At Home, I’m a Tourist


Brooklyn Sunrise Blog

I split my year between Hong Kong and New York, and just got back to my Brooklyn apartment a couple of weeks ago. Of course I’m feeling discombobulated–brutal jet lag and all–but I think that’s a good thing. One of the advantages of never completely settling into a place is that you never get a chance to stop seeing it with fresh eyes. That’s the great gift that traveling gives all of us. Even (especially) when we’re in the most familiar surroundings, we can still feel the thrill of discovery. At home, we’re tourists.

(Apologies to new wave rockers, the Gang of Four for stealing the title of their spectacular chugging guitar anthem!) By the way, I use the word “tourist” in a kindly, not a pejorative way. You can be a Real Traveler and a tourist at the same time–it’s a matter of attitude, thoughtfulness and point of view. As those of you who follow my National Geographic Traveler column know, I occasionally sign myself up to wear a little badge and follow a fellow with a yellow pennant and whistle. Because you can learn a lot about a culture by taking that great leap forward into its tourist attractions.

Anyway, I’ve been enjoying this time of readjustment to my Brooklyn haunts. Since my mind is still kind of in Hong Kong, and my ears are still poised to hear Chinese, the streets of my “new” neighborhood, Park Slope (where I’ve lived more than 15 years) feel truly foreign to me. I find myself wandering up and down the gorgeous, mid-summer avenues, some so lush with trees that they tunnel over the roadways, and absorbing the architectural details of the gorgeous brownstone rowhouses as carefully as if I were in Paris with a Michelin guide in hand. I’ve actually had several weird encounters with checkout clerks, because I couldn’t understand what they were trying to tell me (I’ve haven’t yet switched from Cantonese to Brooklynese).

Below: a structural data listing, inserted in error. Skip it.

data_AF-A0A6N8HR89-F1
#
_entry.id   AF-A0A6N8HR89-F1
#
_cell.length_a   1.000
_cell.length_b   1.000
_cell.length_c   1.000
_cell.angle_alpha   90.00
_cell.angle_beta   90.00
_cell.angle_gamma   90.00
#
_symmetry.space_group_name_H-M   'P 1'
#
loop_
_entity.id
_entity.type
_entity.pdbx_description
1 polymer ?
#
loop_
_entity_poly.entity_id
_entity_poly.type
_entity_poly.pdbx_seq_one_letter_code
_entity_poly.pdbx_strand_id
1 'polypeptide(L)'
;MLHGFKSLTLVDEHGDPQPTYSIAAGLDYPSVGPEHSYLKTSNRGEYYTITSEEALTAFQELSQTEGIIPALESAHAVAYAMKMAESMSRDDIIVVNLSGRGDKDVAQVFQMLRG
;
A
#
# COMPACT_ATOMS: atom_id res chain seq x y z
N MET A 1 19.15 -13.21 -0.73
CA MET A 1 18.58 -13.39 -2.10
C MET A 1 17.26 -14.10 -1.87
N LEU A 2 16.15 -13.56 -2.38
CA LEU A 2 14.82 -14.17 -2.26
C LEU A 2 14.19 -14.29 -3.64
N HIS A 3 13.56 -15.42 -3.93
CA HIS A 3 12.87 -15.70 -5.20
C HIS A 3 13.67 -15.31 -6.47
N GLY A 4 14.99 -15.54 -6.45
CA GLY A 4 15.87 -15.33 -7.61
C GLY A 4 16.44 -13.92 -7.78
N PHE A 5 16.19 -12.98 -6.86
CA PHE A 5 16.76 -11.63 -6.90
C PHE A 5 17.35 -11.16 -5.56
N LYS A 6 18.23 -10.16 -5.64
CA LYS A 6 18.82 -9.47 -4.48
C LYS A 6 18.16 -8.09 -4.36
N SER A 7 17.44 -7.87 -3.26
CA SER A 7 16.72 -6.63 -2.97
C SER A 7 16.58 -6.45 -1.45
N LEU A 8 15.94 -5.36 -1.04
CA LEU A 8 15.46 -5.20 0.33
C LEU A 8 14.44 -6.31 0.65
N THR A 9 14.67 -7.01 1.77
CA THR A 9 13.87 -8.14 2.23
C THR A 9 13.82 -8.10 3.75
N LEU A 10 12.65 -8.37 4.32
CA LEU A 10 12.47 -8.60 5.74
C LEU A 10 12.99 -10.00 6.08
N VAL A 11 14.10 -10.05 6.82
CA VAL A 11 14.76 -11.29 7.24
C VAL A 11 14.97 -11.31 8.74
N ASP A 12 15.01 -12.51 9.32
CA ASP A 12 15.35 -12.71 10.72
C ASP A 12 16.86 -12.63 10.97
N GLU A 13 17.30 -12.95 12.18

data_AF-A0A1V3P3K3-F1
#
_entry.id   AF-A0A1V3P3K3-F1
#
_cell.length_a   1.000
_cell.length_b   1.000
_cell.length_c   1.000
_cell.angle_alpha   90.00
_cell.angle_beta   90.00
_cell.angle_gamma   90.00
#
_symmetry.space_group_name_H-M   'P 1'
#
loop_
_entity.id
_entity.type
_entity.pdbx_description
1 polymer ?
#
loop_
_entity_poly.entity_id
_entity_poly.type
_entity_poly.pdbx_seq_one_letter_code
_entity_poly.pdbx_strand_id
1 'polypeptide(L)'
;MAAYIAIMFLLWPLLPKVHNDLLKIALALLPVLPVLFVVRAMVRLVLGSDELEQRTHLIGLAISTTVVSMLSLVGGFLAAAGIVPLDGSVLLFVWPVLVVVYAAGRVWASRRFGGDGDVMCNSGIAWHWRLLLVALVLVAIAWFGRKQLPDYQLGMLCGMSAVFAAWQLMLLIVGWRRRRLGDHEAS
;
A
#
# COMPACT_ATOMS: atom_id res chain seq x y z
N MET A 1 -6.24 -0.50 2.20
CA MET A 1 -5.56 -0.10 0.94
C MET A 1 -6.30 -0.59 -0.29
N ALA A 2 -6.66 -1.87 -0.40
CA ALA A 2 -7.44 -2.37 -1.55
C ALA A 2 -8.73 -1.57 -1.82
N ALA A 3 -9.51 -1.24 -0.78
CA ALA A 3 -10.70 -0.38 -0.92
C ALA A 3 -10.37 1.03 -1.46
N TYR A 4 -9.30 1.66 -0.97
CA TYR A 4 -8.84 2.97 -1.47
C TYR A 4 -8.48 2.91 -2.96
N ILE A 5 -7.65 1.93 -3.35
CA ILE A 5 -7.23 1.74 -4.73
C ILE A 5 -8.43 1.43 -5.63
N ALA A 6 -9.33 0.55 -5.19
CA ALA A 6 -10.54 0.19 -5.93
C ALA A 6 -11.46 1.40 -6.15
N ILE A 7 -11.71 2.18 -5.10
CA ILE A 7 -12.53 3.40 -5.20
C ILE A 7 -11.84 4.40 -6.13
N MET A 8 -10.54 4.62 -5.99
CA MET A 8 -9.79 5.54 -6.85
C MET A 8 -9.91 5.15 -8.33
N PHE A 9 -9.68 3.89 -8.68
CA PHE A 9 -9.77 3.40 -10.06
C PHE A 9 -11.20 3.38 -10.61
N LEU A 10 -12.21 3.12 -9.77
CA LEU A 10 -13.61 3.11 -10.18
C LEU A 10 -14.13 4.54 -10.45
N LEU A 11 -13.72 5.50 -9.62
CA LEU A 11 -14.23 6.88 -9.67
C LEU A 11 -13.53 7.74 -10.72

And I’m noticing stuff about the sometimes peculiar local culture that I doubt I would have noticed if I stayed at home year-round. For instance, there’s this:

This is the fourth or fifth tableau I’ve seen like this in the last two weeks. Nobody in Park Slope, it seems, can bear to throw away a book. The love of books is hardwired into the local culture of my dear old neighborhood. We leave them, like foundlings, piled on doorsteps, balanced against wrought iron fences, even propped on top of walls. They stare at you as you pass by, begging like lost puppies, for a new home. And they say that print is dead! I’ll tell you more about the multiple attractions and delights of my quirky Brooklyn neighborhood (rated the #1 in New York by a very trendy magazine!) in an upcoming post. Meanwhile, I’m going to dive into one of my “foundling” book finds (yes, I picked one up for myself. How could I resist?)

Martin Yan’s Culinary Journey Through China. I have been wondering why someone left it sitting, all by itself and lonely, on their Brooklyn stoop–were they daunted by the recipes? Did they move to China and figure they didn’t need it anymore? Mysteries never to be solved by this urban tourist. But the Chinese cookbook by the Canadian author is the perfect book for the neither-here-nor-there place I’m in right now.[/vc_column_text][/vc_column][/vc_row]